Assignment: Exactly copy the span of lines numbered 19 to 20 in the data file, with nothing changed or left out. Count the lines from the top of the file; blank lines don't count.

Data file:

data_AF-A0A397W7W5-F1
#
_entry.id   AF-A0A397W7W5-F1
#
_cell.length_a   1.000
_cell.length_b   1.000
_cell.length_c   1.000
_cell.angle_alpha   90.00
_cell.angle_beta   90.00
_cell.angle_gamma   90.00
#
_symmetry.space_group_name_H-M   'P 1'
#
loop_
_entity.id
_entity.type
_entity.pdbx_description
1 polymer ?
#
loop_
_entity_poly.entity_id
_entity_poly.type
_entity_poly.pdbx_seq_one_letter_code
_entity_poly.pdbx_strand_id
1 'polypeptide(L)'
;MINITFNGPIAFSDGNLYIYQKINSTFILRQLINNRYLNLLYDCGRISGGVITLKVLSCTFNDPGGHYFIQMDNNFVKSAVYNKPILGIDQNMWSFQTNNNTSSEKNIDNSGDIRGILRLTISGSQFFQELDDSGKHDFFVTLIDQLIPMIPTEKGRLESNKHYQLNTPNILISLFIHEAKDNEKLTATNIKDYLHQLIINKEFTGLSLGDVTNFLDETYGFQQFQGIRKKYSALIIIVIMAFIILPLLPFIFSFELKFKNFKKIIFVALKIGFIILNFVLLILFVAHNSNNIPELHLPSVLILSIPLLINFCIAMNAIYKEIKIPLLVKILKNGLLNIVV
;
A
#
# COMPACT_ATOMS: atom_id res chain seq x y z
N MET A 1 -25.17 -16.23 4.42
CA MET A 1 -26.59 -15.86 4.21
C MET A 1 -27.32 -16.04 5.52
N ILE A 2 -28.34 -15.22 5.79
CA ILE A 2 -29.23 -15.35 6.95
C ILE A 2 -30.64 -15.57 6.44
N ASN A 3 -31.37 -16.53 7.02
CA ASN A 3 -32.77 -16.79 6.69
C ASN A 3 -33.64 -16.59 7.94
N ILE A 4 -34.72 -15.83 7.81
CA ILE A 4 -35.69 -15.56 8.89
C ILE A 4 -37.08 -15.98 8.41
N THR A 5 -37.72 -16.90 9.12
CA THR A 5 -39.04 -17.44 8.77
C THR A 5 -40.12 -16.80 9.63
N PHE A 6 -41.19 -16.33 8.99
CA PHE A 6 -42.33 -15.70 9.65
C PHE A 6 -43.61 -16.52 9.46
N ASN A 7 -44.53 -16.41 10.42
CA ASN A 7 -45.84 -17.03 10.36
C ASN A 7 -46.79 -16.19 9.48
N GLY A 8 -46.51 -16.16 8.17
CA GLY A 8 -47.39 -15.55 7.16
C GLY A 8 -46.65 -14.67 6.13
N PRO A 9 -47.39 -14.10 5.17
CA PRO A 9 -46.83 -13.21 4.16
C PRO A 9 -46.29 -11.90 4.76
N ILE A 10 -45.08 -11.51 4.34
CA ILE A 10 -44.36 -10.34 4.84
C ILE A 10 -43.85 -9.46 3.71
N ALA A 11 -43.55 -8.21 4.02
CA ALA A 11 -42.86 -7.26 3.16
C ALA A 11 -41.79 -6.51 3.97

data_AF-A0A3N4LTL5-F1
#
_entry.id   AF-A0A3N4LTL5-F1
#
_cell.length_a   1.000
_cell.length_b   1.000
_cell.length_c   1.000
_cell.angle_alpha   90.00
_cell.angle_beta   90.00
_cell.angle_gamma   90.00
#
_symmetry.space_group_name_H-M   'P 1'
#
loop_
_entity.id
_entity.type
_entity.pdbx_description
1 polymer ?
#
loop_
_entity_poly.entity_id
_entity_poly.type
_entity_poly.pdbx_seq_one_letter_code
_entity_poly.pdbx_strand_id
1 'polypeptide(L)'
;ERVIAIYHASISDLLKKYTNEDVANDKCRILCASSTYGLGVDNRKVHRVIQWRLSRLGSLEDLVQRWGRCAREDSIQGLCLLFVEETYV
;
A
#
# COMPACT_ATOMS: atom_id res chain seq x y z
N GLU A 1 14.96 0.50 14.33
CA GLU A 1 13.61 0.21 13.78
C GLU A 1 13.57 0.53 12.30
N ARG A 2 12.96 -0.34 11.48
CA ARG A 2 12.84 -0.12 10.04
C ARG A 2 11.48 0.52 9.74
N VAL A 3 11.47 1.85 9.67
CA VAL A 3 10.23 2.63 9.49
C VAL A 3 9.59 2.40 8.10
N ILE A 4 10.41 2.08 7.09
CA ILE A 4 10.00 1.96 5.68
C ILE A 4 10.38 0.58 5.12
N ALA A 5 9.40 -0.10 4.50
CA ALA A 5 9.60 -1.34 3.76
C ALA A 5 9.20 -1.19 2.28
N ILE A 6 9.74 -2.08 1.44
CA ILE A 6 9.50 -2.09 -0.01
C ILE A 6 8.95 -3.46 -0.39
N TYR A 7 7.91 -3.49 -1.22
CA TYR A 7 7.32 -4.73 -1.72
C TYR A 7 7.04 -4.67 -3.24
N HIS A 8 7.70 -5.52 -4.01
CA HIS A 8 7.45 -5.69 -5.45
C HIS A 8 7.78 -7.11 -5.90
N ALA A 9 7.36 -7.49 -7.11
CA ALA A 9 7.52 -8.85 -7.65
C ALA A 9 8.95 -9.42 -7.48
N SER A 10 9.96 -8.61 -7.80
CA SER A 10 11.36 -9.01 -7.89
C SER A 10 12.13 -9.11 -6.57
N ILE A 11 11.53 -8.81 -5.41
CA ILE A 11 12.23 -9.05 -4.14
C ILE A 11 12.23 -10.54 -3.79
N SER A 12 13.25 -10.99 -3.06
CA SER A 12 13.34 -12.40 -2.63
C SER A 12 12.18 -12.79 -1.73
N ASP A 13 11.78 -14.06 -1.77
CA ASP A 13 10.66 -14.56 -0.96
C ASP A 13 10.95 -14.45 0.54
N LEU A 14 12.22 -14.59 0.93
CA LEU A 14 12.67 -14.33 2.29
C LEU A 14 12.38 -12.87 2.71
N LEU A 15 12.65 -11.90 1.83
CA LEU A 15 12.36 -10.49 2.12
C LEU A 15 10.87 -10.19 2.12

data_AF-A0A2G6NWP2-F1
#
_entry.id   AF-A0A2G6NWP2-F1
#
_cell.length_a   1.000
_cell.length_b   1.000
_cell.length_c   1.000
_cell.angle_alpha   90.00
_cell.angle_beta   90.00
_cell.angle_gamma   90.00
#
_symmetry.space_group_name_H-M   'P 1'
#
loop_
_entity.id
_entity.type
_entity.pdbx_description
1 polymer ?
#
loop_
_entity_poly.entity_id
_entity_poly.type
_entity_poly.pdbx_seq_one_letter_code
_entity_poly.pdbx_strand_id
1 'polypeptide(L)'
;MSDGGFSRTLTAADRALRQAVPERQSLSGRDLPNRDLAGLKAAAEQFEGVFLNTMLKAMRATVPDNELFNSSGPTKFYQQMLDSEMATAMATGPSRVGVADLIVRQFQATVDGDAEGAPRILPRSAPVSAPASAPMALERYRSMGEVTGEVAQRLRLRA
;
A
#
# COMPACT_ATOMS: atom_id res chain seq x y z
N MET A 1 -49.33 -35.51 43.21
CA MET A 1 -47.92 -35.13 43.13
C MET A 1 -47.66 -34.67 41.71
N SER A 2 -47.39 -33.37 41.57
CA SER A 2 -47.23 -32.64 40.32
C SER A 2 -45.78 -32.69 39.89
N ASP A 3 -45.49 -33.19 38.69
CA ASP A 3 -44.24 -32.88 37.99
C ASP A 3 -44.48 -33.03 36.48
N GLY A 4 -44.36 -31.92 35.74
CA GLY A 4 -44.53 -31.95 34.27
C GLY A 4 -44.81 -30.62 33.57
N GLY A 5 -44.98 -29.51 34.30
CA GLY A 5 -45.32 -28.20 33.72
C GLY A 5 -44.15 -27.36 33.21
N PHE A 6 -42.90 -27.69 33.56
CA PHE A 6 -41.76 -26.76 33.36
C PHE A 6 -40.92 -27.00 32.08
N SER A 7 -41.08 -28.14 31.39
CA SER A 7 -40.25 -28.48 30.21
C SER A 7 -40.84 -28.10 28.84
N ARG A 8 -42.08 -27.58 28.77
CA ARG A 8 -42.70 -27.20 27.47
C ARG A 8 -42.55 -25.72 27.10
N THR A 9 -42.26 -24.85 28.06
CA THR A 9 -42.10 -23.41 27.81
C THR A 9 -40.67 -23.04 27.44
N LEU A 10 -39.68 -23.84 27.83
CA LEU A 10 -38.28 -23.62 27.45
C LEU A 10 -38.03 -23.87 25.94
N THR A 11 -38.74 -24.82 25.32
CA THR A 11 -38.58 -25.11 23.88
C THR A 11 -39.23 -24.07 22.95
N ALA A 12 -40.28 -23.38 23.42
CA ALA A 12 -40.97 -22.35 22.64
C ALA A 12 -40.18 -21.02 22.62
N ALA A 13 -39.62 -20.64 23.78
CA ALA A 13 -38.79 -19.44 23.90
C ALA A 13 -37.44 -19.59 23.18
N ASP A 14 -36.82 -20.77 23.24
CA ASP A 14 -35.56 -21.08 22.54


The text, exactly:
#
loop_